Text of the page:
Forget the theory that men are from Mars and women from Venus – our brains are the same, an expert insists. Neuroscientist Professor Gina Rippon says the sexes are not ‘hardwired’ in different ways and there is no evidence that men are innately better at reading maps or that women are better at multi-tasking.
Any difference is due to society’s idea of gender, not to biology, and is deterring a generation of women from becoming scientists, she warns. Professor Rippon, of Aston University, Birmingham, said differences in the brain are formed in childhood by divisions in the games girls and boys play and stereotypes they conform to. The scientist said the human brain is much more malleable than we think.
She highlighted recent research which showed that women given a Tetris console game to play for three months displayed fundamental changes in their brain structure.
The Californian study found that women who…
View original post 383 more words
Whatever you think about the prospect of wiping out any memories – you could argue that we are shaped by our experiences and our memories of them, good or bad – it may be that for some people it’s the only way for them to live a normal life. But they said the same thing about ECT which seems barbaric now (although still used).
Steve Ramirez, a neuroscientist at MIT said “ We can now go in and study these memory centres and tinker with them to change the content. Our memories feel like a tape recorder of the past but in reality it’s a construction that is constantly being warped with some emotions fading and new ones coming in.“
The authors of the recent study, published in Nature, believe that eventually it will be of clinical use in helping humans. But “tinkering” with our brains?
The leader of the study, Susumu Tonegawa, said “We have no intention of using this technology to alter normal healthy people’s minds or cognitions. If there is any application of this, it is for pathological conditions to reduce the suffering of people with psychiatric conditions”.
The study demonstrates that the factual content of our memories are stored in a different brain centre (the hippocampus) from the emotional content (in the amygdala) of those memories and can be altered using a technique called optogenetics.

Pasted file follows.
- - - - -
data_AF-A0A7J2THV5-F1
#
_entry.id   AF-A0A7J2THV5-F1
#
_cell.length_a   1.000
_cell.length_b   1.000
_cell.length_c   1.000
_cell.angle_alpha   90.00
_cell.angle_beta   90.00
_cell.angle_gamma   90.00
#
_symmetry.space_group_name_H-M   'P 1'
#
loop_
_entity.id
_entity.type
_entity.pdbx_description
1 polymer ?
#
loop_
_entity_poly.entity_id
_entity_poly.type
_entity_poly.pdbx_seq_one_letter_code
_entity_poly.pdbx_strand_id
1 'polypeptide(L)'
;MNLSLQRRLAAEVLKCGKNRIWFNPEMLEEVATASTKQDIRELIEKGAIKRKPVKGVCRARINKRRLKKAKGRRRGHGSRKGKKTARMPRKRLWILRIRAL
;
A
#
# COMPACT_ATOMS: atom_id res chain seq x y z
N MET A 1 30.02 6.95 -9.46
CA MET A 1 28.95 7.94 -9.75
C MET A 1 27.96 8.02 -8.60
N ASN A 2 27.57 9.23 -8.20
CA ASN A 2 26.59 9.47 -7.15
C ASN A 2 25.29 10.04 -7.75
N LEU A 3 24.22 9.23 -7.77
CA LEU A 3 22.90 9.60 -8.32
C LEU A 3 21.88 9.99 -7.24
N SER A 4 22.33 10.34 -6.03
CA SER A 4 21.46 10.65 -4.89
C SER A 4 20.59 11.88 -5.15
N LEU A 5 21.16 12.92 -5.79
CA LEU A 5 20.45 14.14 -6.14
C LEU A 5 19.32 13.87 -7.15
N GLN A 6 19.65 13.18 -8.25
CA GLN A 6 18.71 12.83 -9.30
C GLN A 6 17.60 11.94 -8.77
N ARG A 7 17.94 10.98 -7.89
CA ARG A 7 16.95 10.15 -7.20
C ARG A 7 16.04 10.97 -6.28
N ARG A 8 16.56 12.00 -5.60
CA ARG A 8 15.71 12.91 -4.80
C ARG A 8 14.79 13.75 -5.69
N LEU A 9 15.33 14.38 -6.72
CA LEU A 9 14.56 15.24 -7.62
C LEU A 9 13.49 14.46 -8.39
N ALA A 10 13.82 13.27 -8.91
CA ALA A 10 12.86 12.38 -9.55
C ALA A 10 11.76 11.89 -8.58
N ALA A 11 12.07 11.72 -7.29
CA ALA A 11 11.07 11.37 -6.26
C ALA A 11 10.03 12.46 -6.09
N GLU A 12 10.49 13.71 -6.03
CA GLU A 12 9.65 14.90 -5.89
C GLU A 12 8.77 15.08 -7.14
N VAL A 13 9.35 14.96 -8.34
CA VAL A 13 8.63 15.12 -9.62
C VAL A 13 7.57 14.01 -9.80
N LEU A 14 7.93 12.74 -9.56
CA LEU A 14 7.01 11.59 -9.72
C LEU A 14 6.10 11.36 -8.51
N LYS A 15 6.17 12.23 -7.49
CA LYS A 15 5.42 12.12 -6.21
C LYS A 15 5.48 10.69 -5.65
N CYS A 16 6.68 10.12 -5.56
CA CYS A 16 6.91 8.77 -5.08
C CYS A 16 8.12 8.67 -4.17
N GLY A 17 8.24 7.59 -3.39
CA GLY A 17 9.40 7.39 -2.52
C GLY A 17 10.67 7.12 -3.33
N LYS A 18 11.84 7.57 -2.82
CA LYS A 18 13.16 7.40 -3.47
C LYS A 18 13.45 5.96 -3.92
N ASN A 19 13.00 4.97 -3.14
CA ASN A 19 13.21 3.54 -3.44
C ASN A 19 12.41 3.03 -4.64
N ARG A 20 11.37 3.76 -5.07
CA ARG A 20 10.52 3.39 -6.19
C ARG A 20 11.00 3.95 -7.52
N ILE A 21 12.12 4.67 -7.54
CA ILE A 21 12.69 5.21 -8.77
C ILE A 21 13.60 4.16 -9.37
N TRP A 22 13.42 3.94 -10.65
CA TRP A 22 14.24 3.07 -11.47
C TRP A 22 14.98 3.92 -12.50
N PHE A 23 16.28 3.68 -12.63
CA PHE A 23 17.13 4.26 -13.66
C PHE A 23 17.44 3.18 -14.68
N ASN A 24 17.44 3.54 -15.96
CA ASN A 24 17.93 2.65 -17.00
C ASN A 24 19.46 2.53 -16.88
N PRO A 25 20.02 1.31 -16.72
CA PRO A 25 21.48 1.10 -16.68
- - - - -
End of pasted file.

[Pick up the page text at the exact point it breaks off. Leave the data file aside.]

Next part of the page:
This entails a light-sensitive protein being introduced into active brain cells so the neurons can be switched on and off by shining a laser at the head.
In the experiment scientists introduced the protein into the mice’s brains at the same time as they gave them an electric shock. They taught the mice to associate the shock with a small square in their cage and hit them with laser pulses every time they stepped on it until they began to avoid it.
Then they put them in a cage with female mice which the experimenters say evokes positive emotions! The memory of the electric shock was reactivated using the laser pulses (which they now associated with positive emotions) so that when they were returned to their original cages they actively sought out they small square they had previously associated with the electric shock.
If this technique works in humans it opens up a whole debate about the ethics of using it. Who decides what normal behaviour is? What’s to stop government agencies using the technique for their own ends.
Remember the film Total Recall based on the short story by Philip K Dick “We can remember it for you wholesale” about memories and reality (the 1990 version is the best one but here’s the trailer for the 2012 re-make)?
View original post 245 more words
Personality Neuroscience: Unlocking The Mystery of The Brain in Order to Understand The Whole Person
Brought to my attention via Dr Mark’s Business Psychology blog
This month, President Obama unveiled plans to fund a $100 million project to discover how different regions of the brain connect and result in the many complex functions that we as human beings are capable of. The BRAIN initiative, similar in its audacious attempt to push the boundaries of human knowledge as the Human Genome project, will endeavour to discover more about the most complex structure in the universe.
So, I was inspired to reconnect with my neuroscience roots myself and through a recommendation of our very own Psyche Editor; Mr Starkey, came across the intriguing field of ‘Personality Neuroscience’. The aim of this field, is “to understand both the biological systems that are responsible for the states associated with [personality] traits and the parameters of those systems that cause them to function differently in different individuals” (DeYoung, 2010). A leading figure within Personality Neuroscience is Dr Colin DeYoung, who…
View original post 1,095 more words